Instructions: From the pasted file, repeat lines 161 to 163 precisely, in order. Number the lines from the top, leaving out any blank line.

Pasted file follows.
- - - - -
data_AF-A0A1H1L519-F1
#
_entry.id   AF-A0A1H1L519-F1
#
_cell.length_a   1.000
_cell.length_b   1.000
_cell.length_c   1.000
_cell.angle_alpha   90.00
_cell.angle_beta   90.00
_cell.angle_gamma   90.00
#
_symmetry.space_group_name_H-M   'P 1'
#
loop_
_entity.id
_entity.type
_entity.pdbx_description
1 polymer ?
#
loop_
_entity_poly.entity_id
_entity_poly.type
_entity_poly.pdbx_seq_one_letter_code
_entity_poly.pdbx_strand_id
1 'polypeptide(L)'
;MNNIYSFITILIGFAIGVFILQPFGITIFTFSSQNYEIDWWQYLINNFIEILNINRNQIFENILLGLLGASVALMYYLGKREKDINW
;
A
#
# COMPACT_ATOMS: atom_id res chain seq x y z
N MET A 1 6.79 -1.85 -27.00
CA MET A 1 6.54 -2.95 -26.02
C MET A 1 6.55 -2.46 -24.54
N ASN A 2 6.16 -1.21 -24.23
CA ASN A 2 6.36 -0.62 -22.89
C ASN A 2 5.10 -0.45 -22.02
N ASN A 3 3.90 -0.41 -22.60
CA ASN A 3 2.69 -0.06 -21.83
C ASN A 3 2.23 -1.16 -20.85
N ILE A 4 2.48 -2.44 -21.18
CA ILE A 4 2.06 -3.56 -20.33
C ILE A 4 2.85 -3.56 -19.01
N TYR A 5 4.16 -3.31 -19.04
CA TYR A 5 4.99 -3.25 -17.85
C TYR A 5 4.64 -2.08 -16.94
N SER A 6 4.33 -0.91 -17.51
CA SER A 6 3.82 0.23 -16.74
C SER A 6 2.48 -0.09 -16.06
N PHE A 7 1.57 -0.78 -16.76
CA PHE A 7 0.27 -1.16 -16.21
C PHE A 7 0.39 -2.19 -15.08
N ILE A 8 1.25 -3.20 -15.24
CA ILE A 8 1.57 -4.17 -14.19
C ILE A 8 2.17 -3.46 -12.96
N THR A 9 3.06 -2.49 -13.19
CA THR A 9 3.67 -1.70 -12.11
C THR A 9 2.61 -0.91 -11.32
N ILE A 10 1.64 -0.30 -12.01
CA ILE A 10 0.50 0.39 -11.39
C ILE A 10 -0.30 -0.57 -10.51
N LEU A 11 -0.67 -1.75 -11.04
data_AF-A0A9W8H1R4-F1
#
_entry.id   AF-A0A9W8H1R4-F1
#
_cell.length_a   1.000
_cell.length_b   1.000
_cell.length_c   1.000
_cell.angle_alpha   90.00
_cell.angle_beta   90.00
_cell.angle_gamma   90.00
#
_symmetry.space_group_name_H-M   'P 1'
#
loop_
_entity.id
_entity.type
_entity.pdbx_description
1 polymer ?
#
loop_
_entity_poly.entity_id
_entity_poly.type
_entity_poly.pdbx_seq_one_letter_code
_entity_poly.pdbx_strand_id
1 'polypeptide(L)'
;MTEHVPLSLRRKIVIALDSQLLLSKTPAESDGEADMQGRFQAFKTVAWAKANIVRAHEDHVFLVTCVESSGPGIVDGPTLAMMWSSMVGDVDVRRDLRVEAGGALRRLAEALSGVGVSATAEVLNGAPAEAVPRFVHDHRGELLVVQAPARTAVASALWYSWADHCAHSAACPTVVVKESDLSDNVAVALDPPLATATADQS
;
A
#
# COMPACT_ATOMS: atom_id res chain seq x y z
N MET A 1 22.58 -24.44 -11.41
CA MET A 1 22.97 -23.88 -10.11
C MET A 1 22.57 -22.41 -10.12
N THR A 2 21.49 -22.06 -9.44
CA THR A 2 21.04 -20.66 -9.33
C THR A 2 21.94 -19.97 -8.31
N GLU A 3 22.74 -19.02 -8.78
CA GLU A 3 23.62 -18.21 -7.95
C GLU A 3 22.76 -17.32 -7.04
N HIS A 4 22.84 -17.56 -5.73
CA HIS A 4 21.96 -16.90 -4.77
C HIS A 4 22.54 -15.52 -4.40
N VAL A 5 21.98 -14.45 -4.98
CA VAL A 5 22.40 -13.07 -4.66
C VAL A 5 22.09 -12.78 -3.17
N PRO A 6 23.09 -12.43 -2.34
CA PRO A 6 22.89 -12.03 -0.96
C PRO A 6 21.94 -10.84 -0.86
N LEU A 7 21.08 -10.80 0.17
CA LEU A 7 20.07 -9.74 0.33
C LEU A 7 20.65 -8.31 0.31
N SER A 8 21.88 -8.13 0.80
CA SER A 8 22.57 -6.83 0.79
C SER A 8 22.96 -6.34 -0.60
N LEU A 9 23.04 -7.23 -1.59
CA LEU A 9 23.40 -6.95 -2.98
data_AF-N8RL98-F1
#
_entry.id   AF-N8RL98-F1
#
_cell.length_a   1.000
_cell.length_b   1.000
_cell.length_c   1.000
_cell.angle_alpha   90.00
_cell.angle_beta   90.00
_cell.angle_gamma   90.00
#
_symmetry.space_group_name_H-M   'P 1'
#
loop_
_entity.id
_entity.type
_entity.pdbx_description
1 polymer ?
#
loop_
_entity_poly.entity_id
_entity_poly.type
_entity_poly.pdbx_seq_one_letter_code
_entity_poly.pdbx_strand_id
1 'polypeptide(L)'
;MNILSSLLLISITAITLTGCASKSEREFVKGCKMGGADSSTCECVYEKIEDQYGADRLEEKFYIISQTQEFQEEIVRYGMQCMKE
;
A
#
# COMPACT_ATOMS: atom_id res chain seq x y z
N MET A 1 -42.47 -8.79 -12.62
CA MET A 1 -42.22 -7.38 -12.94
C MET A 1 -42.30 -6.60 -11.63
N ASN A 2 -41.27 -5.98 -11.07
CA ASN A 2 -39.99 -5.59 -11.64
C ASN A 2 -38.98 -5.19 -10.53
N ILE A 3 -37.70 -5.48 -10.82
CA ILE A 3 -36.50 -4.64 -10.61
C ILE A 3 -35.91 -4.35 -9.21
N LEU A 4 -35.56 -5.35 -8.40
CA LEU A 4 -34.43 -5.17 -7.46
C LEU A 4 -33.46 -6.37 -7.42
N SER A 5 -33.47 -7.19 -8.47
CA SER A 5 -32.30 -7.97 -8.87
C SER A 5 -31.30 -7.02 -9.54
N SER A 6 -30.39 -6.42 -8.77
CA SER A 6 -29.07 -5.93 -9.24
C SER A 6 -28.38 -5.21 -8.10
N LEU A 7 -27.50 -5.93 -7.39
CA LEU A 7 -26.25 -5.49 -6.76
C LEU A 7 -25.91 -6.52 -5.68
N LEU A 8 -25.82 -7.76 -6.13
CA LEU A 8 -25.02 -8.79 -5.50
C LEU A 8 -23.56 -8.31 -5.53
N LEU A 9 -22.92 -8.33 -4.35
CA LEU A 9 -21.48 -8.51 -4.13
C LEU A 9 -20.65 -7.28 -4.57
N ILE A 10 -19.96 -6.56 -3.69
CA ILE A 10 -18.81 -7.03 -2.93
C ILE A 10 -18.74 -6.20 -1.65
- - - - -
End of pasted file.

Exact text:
CA SER A 5 -32.30 -7.97 -8.87
C SER A 5 -31.30 -7.02 -9.54
N SER A 6 -30.39 -6.42 -8.77